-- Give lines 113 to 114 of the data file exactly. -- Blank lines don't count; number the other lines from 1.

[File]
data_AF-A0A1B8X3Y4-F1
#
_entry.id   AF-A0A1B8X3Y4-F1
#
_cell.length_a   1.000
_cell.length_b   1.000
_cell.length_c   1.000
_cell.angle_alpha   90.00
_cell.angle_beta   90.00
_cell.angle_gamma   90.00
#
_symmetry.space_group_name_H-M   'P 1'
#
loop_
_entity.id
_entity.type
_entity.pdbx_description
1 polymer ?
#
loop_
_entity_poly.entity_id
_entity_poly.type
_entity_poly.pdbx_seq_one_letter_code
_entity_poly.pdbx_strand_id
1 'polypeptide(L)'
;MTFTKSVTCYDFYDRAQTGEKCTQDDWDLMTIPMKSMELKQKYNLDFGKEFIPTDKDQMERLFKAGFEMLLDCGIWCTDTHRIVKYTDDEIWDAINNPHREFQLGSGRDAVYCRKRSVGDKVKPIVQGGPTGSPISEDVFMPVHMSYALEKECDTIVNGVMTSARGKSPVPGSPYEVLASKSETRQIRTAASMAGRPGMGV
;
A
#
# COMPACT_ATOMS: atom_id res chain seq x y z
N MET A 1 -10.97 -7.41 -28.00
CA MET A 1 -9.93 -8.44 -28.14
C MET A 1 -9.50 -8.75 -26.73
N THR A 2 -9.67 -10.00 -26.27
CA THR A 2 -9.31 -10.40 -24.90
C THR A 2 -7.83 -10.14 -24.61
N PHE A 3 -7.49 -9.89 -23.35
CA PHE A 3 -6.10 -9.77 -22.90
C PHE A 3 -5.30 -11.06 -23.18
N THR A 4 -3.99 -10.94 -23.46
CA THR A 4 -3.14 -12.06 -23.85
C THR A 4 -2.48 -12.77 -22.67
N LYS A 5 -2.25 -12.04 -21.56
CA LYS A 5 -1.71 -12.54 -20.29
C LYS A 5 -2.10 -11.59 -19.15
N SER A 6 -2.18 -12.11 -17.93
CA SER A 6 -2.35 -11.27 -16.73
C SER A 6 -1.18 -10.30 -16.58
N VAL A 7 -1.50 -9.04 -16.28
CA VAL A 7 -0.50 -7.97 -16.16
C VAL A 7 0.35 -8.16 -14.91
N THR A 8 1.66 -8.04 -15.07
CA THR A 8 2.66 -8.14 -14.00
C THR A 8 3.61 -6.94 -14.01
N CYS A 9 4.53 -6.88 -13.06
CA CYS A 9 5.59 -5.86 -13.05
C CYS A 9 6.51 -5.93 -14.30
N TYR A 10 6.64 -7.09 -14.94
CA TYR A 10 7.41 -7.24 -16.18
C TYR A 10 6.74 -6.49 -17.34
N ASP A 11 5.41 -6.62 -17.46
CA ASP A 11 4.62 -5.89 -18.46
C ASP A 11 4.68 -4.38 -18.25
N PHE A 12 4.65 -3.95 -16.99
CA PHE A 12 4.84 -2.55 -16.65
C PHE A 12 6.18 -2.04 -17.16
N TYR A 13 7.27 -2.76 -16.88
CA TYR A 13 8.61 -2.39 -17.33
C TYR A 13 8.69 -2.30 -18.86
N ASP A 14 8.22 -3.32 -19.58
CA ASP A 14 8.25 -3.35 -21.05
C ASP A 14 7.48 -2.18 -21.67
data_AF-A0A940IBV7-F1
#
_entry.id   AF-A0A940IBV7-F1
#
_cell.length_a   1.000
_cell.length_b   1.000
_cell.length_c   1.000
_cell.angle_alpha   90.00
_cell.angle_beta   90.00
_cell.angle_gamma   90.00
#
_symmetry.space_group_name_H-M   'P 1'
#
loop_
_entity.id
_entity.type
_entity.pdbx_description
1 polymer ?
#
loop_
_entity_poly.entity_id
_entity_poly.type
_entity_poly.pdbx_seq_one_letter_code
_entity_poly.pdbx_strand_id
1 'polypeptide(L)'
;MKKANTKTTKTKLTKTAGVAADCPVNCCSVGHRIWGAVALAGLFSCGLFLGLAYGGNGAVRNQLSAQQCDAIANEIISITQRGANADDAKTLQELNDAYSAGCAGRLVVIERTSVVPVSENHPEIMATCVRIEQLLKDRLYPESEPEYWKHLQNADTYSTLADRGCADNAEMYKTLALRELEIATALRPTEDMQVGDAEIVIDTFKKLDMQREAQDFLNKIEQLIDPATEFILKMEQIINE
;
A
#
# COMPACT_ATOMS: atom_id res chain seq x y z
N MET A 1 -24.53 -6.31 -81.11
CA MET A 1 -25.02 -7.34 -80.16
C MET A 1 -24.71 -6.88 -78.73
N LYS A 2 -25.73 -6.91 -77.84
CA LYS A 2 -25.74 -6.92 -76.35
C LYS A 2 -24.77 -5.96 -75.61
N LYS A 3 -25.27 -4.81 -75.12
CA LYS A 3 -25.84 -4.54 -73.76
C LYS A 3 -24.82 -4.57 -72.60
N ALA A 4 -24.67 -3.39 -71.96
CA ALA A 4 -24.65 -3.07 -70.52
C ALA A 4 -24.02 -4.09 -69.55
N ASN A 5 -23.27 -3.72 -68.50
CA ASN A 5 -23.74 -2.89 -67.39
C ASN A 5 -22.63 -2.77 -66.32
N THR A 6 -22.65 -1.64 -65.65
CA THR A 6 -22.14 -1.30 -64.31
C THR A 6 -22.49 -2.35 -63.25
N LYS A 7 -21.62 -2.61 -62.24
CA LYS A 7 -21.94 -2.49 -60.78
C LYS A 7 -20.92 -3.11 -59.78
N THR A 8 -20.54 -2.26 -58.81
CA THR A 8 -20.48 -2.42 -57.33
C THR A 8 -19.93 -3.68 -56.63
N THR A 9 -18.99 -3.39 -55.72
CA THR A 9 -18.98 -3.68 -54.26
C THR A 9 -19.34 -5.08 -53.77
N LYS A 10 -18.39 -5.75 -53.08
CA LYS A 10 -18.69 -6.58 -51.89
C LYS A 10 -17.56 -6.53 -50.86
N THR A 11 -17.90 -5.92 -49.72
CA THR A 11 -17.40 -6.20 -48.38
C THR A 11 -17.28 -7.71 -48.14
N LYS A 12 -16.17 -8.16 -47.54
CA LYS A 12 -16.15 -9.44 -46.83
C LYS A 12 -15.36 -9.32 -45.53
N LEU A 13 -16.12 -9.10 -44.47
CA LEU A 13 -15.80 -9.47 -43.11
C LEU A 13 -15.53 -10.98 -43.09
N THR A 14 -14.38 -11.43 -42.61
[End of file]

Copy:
CA ALA A 4 -24.65 -3.07 -70.52
C ALA A 4 -24.02 -4.09 -69.55